Half of the Picture

January 26th, 2008 • Category: Variety Week
by David Squire

Today’s scripture: I Corinthians 13:8-13 (NRSV) (The Message)

As you read, consider: What might God be saying to me in this passage? Summarize your thoughts in a sentence or two.

My thoughts (David Squire):

Brief Story of MeAre you familiar with the book, A Brief History of Time? It’s an overview of life, the universe, and everything, as told by the brilliant scientist Dr. Stephen Hawking. It’s in my own library, though I don’t pretend to understand even a tenth of it. It looks at the wacky world of sub-atomic particles, the movement of galaxies through the universe(s), and everything in between. It’s a fascinating book. But Stephen’s Brief Story of Me? Probably not so much.

The illustration shows how much we lose when we don’t have the whole picture. And in this example, it’s only a library sticker that’s in the way.

The writer of today’s scripture knew how little we understand, too. And look at what he calls “incomplete”: all of our prophecy, tongues, and knowledge. I like the way The Message says it: “We know only a portion of the truth, and what we say about God is always incomplete.”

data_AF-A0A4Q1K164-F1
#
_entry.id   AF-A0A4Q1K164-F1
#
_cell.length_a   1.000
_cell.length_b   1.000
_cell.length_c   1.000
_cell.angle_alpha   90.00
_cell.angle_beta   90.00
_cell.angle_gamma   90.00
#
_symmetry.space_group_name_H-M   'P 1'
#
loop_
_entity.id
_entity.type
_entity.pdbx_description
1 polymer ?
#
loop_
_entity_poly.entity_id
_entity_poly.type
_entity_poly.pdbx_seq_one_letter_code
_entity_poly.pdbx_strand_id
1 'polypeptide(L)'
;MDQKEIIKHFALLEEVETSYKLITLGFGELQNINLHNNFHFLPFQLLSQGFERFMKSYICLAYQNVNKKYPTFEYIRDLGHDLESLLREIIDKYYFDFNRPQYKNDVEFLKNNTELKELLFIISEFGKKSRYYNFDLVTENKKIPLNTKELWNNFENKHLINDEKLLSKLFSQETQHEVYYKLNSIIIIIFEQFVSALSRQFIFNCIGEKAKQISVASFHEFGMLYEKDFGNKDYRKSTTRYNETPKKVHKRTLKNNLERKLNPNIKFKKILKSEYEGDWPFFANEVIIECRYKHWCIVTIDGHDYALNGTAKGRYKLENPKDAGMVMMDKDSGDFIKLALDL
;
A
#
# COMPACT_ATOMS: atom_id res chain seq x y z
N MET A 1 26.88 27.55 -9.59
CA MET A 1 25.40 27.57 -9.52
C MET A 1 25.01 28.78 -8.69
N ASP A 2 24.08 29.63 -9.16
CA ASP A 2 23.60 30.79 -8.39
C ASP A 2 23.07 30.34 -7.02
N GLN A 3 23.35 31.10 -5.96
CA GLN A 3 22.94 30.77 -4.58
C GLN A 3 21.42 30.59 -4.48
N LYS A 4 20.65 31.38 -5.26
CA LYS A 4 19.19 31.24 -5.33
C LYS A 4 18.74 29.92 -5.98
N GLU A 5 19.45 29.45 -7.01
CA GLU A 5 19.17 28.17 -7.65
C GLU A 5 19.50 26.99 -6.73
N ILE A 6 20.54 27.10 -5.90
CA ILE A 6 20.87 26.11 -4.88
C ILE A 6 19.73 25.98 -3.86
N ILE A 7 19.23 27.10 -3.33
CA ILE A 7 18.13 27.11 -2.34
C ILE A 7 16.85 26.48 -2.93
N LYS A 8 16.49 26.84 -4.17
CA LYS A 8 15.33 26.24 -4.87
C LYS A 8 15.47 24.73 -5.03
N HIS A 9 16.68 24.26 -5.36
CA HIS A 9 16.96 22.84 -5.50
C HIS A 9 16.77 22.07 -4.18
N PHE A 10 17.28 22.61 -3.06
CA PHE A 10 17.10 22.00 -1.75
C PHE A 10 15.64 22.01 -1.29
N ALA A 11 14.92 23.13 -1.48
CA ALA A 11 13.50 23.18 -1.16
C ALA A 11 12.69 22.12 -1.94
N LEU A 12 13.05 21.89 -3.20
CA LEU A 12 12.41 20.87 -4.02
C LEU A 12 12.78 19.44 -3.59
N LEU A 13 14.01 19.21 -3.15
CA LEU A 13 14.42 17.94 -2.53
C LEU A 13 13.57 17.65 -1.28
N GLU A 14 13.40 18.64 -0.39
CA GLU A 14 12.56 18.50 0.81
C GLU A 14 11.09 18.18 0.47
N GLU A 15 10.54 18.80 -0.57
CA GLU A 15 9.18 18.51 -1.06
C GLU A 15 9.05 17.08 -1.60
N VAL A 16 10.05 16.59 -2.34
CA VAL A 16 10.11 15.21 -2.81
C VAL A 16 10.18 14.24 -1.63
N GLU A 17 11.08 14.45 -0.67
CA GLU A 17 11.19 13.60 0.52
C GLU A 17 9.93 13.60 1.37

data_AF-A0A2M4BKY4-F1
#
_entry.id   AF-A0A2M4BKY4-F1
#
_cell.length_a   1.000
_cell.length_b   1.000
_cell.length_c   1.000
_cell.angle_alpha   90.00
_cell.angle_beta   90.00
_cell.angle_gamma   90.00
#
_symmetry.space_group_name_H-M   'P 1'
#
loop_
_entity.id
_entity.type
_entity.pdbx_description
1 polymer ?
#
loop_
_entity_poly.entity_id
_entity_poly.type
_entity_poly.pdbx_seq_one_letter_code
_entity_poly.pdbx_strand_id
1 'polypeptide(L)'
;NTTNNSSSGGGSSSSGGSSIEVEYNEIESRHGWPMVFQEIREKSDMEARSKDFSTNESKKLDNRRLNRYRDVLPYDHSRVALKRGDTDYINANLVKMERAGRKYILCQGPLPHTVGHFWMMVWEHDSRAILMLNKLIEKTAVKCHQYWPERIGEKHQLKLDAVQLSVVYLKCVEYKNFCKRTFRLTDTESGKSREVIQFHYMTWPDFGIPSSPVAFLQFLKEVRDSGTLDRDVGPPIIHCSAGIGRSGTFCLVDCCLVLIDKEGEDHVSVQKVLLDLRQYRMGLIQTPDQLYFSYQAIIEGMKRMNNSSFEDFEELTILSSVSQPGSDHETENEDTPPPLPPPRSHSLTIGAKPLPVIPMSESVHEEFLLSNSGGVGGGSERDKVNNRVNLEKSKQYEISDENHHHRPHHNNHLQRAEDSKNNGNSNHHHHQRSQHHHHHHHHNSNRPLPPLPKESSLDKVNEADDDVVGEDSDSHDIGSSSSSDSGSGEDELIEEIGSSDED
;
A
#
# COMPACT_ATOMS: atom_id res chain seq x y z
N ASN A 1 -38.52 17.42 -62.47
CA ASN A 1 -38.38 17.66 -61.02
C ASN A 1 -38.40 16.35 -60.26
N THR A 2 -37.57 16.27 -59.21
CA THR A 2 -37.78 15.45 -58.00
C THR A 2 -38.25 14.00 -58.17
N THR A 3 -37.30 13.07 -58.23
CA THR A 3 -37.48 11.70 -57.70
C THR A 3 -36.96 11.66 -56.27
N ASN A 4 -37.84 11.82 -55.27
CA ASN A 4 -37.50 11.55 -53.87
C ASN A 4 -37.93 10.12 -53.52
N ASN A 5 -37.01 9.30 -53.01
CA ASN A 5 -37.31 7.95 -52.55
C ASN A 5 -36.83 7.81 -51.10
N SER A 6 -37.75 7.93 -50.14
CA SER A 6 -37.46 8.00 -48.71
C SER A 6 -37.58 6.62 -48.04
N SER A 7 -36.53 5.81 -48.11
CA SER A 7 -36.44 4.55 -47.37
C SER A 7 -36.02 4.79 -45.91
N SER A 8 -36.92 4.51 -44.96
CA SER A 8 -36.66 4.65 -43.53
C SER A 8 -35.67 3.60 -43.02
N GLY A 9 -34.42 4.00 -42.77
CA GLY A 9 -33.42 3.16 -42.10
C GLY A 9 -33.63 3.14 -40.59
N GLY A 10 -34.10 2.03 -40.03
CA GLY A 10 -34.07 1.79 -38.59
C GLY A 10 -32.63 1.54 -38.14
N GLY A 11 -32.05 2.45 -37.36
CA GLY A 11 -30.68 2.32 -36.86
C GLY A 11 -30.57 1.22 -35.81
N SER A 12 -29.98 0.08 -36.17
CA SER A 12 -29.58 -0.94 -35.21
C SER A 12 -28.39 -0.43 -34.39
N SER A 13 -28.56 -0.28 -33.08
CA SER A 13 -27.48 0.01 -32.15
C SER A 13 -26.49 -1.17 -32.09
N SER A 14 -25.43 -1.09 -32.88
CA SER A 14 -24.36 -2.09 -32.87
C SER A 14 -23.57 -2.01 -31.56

God is so far above us, we’re just preschool kids trying to understand quantum physics. So why do we so often act like we know it all, or insist that our way — our denomination, our tradition, our interpretation — is the only “right” way?

I think God gives us enough knowledge, enough prophecy, enough truth, that we have what we need to live. But God hasn’t told me everything that God has told you — so I should probably listen to what you know about God, or I’ll miss something important.

Like verse 13 says, But for right now, until that completeness, we have three things to do to lead us toward that consummation: Trust steadily in God, hope unswervingly, love extravagantly. And the best of the three is love.

Thought for the day: What can I learn about God from you?

We encourage you to include a time of prayer with this reading. If you need a place to start, consider the guidelines on the How to Pray page.

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